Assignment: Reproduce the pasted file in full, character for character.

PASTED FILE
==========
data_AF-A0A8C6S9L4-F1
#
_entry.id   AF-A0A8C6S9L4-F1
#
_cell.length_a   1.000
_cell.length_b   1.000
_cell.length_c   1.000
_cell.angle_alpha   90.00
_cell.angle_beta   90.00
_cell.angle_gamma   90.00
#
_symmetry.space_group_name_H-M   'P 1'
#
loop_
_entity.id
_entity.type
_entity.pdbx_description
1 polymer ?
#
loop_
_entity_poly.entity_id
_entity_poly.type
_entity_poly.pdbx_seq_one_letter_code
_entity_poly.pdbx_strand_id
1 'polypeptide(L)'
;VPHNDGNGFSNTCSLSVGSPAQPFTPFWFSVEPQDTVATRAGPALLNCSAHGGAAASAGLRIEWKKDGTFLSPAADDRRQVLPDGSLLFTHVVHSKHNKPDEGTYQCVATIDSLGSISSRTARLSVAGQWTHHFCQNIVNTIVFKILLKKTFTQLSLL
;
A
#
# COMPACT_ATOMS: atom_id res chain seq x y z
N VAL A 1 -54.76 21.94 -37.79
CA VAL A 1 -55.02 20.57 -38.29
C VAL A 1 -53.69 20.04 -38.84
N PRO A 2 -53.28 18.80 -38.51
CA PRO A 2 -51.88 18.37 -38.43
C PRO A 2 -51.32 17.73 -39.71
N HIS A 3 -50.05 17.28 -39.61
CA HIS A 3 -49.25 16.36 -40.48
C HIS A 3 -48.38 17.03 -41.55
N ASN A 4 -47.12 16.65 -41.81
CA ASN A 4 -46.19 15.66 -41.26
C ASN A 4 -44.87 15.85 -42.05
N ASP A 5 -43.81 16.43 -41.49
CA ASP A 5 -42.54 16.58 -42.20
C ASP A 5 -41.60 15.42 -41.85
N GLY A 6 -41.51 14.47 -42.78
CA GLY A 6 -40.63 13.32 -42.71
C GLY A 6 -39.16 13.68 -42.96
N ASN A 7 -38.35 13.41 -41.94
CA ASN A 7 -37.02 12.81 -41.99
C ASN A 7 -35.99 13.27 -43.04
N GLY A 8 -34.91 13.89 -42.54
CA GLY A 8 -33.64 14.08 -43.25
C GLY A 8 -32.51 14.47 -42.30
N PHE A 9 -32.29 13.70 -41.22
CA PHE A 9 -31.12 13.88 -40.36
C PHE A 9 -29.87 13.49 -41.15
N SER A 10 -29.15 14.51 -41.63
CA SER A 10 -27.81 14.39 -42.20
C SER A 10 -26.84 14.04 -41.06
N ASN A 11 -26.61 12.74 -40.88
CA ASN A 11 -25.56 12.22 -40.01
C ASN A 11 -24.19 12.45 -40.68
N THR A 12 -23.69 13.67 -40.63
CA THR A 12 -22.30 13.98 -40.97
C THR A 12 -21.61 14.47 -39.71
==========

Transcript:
data_AF-A0A8C6S9L4-F1
#
_entry.id   AF-A0A8C6S9L4-F1
#
_cell.length_a   1.000
_cell.length_b   1.000
_cell.length_c   1.000
_cell.angle_alpha   90.00
_cell.angle_beta   90.00
_cell.angle_gamma   90.00
#
_symmetry.space_group_name_H-M   'P 1'
#
loop_
_entity.id
_entity.type
_entity.pdbx_description
1 polymer ?
#
loop_
_entity_poly.entity_id
_entity_poly.type
_entity_poly.pdbx_seq_one_letter_code
_entity_poly.pdbx_strand_id
1 'polypeptide(L)'
;VPHNDGNGFSNTCSLSVGSPAQPFTPFWFSVEPQDTVATRAGPALLNCSAHGGAAASAGLRIEWKKDGTFLSPAADDRRQVLPDGSLLFTHVVHSKHNKPDEGTYQCVATIDSLGSISSRTARLSVAGQWTHHFCQNIVNTIVFKILLKKTFTQLSLL
;
A
#
# COMPACT_ATOMS: atom_id res chain seq x y z
N VAL A 1 -54.76 21.94 -37.79
CA VAL A 1 -55.02 20.57 -38.29
C VAL A 1 -53.69 20.04 -38.84
N PRO A 2 -53.28 18.80 -38.51
CA PRO A 2 -51.88 18.37 -38.43
C PRO A 2 -51.32 17.73 -39.71
N HIS A 3 -50.05 17.28 -39.61
CA HIS A 3 -49.25 16.36 -40.48
C HIS A 3 -48.38 17.03 -41.55
N ASN A 4 -47.12 16.65 -41.81
CA ASN A 4 -46.19 15.66 -41.26
C ASN A 4 -44.87 15.85 -42.05
N ASP A 5 -43.81 16.43 -41.49
CA ASP A 5 -42.54 16.58 -42.20
C ASP A 5 -41.60 15.42 -41.85
N GLY A 6 -41.51 14.47 -42.78
CA GLY A 6 -40.63 13.32 -42.71
C GLY A 6 -39.16 13.68 -42.96
N ASN A 7 -38.35 13.41 -41.94
CA ASN A 7 -37.02 12.81 -41.99
C ASN A 7 -35.99 13.27 -43.04
N GLY A 8 -34.91 13.89 -42.54
CA GLY A 8 -33.64 14.08 -43.25
C GLY A 8 -32.51 14.47 -42.30
N PHE A 9 -32.29 13.70 -41.22
CA PHE A 9 -31.12 13.88 -40.36
C PHE A 9 -29.87 13.49 -41.15
N SER A 10 -29.15 14.51 -41.63
CA SER A 10 -27.81 14.39 -42.20
C SER A 10 -26.84 14.04 -41.06
N ASN A 11 -26.61 12.74 -40.88
CA ASN A 11 -25.56 12.22 -40.01
C ASN A 11 -24.19 12.45 -40.68
N THR A 12 -23.69 13.67 -40.63
CA THR A 12 -22.30 13.98 -40.97
C THR A 12 -21.61 14.47 -39.71